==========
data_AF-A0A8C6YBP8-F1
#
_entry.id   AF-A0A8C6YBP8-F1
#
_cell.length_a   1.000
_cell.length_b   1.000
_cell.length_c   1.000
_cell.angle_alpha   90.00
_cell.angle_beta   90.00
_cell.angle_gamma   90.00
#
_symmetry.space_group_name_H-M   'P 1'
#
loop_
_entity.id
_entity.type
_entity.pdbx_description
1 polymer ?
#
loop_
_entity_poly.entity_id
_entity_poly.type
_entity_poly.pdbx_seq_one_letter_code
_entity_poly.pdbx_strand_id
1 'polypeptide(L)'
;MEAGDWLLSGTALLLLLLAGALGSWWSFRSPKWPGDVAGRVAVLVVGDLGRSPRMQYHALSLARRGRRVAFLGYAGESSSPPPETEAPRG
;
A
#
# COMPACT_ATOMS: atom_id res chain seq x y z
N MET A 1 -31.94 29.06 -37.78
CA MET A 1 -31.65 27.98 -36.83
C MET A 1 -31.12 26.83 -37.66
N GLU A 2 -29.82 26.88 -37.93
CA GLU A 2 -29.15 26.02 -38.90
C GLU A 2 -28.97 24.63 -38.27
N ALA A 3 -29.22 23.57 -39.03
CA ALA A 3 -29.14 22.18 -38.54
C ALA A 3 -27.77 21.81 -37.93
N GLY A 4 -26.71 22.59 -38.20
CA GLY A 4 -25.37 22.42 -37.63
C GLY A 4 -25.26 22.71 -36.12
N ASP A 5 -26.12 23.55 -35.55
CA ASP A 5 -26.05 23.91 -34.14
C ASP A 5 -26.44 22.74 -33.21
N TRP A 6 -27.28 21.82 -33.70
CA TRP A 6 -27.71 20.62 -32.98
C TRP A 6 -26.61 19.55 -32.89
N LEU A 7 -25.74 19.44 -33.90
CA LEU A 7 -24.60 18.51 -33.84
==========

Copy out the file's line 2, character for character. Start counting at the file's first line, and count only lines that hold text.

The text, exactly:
#